When working with individuals in the workplace I estimate that at least 50% of them describe their days in the office as working from their arrival in the morning until they leave for the day as being devoid of any mid-day or lunch break.
Whether they are 8 hour days or 11 hour days the reason given is that they are just too busy and at most, ‘grab’ a snack from the vending machine to help them get through their days with ‘energy’.
Further to this, when they analyze their productivity throughout the day, the morning is often identified as their most productive time. They are awake, alert and driven. This is great if one can fill their afternoons with less important and more routine tasks however this is not the way days or the related work flows.
When asked why they don’t allow themselves to take an ‘away from the office’ mid-day break I hear some of these responses:
- My company and especially my boss seems to discourage taking a break because we have so much to do and his job isto get the team to meet the expectations
- I believe taking time away will reflect poorly on my work ethic and that, in turn, will limit my opportunity for advancement
- I don’t need to recharge myself as I’m flying at maximum height and speed so why waste productive time?
- I am able to organize my day to do the things needing energy and concentration around times of the day when I feel I have this at the maximum level. No problem!
- I eat at my desk and get the nourishment needed. Thus, there is no value and only productive costs related to leaving for a break.
- No one in the company takes a lunch break away from their desk. It’s the culture and I need to fit into that.
There have been numerous studies that actually trash these excuses and reasons. Factually, this practice impacts the health, mindset and the productivity in a big way. Here are some of the known benefits that justify a reconsideration on the part of organizations and the individuals as to the values inherent in breaking and getting away from one’s duties and desks. Taking breaks …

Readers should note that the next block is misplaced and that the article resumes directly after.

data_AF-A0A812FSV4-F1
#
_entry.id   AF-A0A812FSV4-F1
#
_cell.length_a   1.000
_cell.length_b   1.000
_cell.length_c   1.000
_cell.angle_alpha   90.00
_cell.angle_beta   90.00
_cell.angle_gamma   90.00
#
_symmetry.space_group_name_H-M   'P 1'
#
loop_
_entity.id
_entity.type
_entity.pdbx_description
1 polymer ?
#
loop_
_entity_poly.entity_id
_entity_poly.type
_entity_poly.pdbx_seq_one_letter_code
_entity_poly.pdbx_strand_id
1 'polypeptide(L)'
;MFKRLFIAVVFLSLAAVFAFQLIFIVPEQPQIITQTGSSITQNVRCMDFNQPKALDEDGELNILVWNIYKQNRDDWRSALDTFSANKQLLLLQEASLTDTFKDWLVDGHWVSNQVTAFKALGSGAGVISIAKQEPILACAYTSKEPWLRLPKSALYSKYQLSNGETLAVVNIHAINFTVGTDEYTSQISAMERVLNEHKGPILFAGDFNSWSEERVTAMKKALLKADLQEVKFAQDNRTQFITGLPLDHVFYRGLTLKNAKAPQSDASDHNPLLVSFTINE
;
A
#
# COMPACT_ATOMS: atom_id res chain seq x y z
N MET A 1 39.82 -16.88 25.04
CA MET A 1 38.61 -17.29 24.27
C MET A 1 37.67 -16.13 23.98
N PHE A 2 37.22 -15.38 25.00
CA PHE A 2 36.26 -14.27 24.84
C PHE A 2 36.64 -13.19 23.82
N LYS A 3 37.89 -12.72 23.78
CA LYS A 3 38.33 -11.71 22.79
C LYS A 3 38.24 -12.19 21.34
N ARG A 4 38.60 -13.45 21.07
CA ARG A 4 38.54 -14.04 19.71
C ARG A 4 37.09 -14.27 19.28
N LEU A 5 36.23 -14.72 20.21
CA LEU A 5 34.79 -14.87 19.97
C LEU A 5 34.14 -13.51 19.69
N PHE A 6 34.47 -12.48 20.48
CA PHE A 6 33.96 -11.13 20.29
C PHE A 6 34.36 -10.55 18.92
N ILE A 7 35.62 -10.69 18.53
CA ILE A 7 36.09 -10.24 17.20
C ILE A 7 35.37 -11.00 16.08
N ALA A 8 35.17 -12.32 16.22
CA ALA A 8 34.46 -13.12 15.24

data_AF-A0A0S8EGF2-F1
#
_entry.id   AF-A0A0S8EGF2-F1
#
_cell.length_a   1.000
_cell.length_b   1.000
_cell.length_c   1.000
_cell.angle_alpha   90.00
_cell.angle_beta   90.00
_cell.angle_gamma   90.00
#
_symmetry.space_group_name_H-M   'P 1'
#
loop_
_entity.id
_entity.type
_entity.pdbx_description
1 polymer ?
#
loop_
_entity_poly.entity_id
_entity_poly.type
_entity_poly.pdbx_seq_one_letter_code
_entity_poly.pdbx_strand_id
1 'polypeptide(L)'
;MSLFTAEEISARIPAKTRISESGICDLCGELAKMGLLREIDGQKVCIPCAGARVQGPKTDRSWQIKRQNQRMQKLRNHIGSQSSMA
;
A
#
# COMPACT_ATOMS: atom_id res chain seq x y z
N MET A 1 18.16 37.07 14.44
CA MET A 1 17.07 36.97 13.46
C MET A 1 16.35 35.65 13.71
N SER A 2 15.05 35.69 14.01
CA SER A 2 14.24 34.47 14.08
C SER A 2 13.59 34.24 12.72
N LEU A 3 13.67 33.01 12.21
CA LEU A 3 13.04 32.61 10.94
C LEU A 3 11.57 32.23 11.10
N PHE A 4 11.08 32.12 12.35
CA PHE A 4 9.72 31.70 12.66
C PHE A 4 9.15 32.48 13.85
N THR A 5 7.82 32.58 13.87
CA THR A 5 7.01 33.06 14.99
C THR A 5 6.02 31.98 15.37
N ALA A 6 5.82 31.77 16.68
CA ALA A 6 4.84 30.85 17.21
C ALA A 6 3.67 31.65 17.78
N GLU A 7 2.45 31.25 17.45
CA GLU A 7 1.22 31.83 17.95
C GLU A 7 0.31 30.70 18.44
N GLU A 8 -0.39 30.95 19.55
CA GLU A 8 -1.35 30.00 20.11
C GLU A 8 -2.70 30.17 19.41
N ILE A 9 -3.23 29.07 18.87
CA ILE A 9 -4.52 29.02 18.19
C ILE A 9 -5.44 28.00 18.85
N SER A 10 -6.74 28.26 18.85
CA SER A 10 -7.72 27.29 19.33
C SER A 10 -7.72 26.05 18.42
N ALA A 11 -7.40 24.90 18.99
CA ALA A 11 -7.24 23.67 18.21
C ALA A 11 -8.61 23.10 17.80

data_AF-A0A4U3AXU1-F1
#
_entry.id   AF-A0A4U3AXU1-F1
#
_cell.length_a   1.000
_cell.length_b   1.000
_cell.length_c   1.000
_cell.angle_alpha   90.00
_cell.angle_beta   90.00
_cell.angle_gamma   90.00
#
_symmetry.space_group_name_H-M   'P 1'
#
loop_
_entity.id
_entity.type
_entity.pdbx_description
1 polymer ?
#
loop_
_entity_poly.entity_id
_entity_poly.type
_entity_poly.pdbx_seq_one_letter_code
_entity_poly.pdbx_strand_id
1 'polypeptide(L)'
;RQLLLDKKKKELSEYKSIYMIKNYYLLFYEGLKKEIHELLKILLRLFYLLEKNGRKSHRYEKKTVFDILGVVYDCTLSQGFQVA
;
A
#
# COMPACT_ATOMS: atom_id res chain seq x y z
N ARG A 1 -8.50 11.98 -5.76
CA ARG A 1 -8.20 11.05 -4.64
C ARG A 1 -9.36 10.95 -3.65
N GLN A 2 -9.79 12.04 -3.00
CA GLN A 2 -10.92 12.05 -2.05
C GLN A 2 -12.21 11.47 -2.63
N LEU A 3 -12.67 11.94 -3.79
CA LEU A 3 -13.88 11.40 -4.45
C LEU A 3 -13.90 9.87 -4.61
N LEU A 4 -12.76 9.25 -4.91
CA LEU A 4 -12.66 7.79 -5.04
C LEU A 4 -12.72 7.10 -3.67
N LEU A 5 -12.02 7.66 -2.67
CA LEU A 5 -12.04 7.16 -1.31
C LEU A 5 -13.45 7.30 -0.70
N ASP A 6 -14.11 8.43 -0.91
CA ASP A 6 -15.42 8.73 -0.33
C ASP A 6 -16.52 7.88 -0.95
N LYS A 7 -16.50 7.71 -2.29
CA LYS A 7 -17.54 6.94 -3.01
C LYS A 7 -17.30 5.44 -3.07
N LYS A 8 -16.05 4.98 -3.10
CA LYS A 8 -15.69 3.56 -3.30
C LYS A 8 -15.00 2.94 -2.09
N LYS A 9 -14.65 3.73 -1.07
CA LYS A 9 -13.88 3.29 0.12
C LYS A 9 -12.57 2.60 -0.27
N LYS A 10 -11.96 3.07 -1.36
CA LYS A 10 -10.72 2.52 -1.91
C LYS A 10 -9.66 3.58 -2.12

- Increases productivity. The opportunity to recharge the brain while setting aside any issues that create pressure and stress enables one to return to the work with renewed energy. The accuracy and overall performance rises and carries us through the second half of the day with greater success.
- Reduces Stress. Stress results from overloading the mind with too much data and/or activity. The lunch break that is skipped or eaten at the desk allows both stress and fatigue to work its’ way in and that can carry with it a sense of hopelessness, negative behavior and irritability. Viewing a lunch break as a key way to stay the productive and positive course makes it a necessity rather than a luxury.
- Fends off job burnout. Without providing an intentional break on a consistent basis it can take a toll on one’senthusiasm for the work they do. In addition to impacting the organization’ bottom line, it also becomes a threat to the health and well-being of the person.
- Boosts creativity output. Staying glued to one’s desk stifles our ability to visualize new or different approaches to whatever we’re working to achieve. The lunch break out of the office clears our head and allows us to re-approach the work with a refreshed and clear mind.
- Increases a sense of job satisfaction. Taking lunch every day does a lot to avoid a building sense of resentmentthat often accompanies the person who feels stuck at their desk because they see themselves as just too busy to take that break. Instead, taking lunch away from the desk and/or office translates to the potential of being able to like and value the work and the opportunity we have to do it.
The Tork organization has done considerable research on workplace conditions to include the benefits of taking a break for lunch vs. the negative impact of not doing so. According to the survey:
- Nearly 20% of North American workers worry their bosses won’t think they are hardworking if they take regular lunch breaks, while 13% worry their co-workers will judge them.
- 38% of employees don’t feel encouraged to take a lunch break.
- 22% of North American bosses say that employees who take a regular lunch break are less hardworking.
As the survey points out, these statistics are really a shame because regular breaks create better employees. In fact,
according to the survey, nearly 90% of North American employees claim that taking a lunch breaks helps them feel refreshed and ready to get back to work.
It’s a well-known fact that in many other countries there are businesses that actually close for 1-2 hours so that all employees leave the office and have a break. I’ve heard many scoff at this for it appears to them that those working just aren’t that connected, involved and committed to their work. At the same time I have to
wonder what the learning has been that has enabled this to become the way of the working world in such countries? Could it be that people are happier, more productive and more engaged in helping their organizations prosper? Perhaps it’s worthy of trying it. You just may like it on all fronts.